think it is worth dignifying his remarks any further than this comment.
          In fact, this is already too much. It is like trying to have a
          discussion with people who claim the earth is flat or that evolution
          doesn’t exist. the premise is so stupid that it ought to be responded to
          with a slap on the head to the idiot uttering it.

          Forgive the introduced spaces in words like s e x , but of you don’t put them in the ridiculous Spectator profanity filter filters out the comment. I replied to this comment of yours three days ago and the post was never seen.

          • Harryagain

            There are two sorts of Muslim.
            Violent ones and patient ones.

            They all want the destruction of Western civilisation.
            Their cult book givers instructions on how to do it.


            Only the brain dead haven’t realised this.

          • Let me say Harry, I despise Islam. I despise it even more than I despise Christianity (the fundy, evangelical sort). However, I learned a long time ago to that anyone who lumps everybody in any group into some category or other like ‘violent or patient and wanting to destroy) is a total idiot and a despicable lunatic. I judge this not on some category or other like you do, but on YOUR own stated belief and behaviour.

            I hate burkas
            I hate misogyny
            I hate ignorant superstition

            Many Muslims have some or all of these characteristics.

            However – many do not.

            This is where your argument falls down and why you are a pathetic loser. The Jews were subject to EXACTLY your kind of prejudiced assumptions in Germany eighty and ninety years ago. What is the difference between you and Hitler’s millions of anti-Semites who made stupid assumptions about Jews based on propaganda and nonsense.

            Maybe you should judge the ones who do bad things harshly and not lump them all together.

          • Harryagain

            The Jews never went round letting of bombs and groping and raping women.
            However, back in the thirties,they got the blame for destroying the German economy. (Many banks were Jewish) Maybe rightly. As now. (Are they to blame for the present economic difficulties?))
            So, they were living the life of Riley while many Germans were eating grass.

            So, hardly surprising some Germans were a bit fed up back then.

          • I have nothing against Jews and I’m not a torch bearer for them either, but as you say they were all tarred with the a ‘supposed’ common set of characteristics which is monstrously unjust. My belief is that you only hold the individual responsible for what he or she does, not what someone who is of their ethnicity, religion or cultural background. Do I think we are importing far too many people from the middle east and south Asia? You bet I do. FAR too many who don’t integrate properly and become British, but that complaint is about specifics that THOSE people don’t fit in. It doesn’t apply to all Muslims any more than all Jews were exploitative bankers when the Third Reich came along and decided to exterminate them all.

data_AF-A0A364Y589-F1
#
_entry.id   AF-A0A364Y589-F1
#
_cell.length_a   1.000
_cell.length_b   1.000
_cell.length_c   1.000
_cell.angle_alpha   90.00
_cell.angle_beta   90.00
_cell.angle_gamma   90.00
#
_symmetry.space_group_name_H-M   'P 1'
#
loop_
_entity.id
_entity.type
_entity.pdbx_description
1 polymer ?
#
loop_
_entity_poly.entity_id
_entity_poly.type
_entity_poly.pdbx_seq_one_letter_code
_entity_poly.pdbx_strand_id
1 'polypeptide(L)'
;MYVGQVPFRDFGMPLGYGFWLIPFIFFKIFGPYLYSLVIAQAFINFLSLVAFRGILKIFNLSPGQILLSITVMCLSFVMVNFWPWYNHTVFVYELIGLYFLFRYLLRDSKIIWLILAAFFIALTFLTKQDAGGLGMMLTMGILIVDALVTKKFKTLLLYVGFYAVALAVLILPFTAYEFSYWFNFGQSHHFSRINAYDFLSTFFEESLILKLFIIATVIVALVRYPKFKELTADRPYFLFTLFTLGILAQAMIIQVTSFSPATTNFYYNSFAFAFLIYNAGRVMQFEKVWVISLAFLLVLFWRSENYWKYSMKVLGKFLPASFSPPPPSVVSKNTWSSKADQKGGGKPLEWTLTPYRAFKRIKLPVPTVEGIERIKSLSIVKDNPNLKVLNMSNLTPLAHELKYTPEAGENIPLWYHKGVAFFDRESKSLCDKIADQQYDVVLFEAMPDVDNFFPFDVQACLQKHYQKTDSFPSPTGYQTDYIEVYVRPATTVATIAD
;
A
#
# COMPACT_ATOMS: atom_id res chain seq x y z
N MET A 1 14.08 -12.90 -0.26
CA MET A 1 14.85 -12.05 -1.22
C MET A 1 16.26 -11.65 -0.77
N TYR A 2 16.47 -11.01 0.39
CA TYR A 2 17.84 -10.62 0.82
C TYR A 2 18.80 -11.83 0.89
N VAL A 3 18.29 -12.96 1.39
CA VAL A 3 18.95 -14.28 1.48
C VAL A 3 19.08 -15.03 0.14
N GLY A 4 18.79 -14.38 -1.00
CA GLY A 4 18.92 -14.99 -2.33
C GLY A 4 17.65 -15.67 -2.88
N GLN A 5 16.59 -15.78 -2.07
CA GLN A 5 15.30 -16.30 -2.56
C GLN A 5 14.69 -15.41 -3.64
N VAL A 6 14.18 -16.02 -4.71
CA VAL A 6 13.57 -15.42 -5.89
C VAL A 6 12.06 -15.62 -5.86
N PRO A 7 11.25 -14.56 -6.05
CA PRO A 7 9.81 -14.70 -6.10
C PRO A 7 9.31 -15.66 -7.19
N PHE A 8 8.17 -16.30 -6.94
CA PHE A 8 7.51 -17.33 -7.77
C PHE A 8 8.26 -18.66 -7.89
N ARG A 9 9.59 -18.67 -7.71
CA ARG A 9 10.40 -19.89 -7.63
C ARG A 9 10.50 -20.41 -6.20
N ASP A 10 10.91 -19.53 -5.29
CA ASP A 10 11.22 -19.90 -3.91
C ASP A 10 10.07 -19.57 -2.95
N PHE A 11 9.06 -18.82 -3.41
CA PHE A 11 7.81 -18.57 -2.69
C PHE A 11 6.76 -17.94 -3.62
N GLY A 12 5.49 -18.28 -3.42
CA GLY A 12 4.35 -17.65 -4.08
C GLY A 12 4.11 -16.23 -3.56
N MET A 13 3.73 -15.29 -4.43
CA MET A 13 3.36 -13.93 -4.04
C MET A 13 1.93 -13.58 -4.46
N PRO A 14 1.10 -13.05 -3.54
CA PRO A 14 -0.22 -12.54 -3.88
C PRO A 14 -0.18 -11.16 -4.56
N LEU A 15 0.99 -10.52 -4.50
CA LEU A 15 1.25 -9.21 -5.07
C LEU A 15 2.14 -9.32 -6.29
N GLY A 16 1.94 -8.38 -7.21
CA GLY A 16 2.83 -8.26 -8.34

Anyway – have a good day….. Got to get on here.

      • Cyril Sneer

        Trump would be a massive improvement on Obama destroyer of nations.

        But then I forget you’re an ignoramus.

      • paridell

        Megan Thomas, Arthur? Was she someone you knew at school?

        I think you mean Megyn Kelly.

  • bchguyx

    “Only this time… the suppression didn’t work. The truth, or some of it, came into the light at last. Past evasions have served nobody — except of course the Trumps and the Front National and all the other extremist groups that have flourished because more responsible leaders have ignored or denied urgent voter concerns.” Does this not indicate that the only honest and concerned politicians are the Donald Trumps, The UKIP’s, The Sweden Democrats and others who tell the truth and try to protect their citizens. Where did the rule begin that leaders must ignore the safety and needs of their citizens and lavish money, safety and protection on rapists, muggers and murderous monsters. Lunacy.

  • Terry Field

    Rotherham has happened in many other places and is being suppressed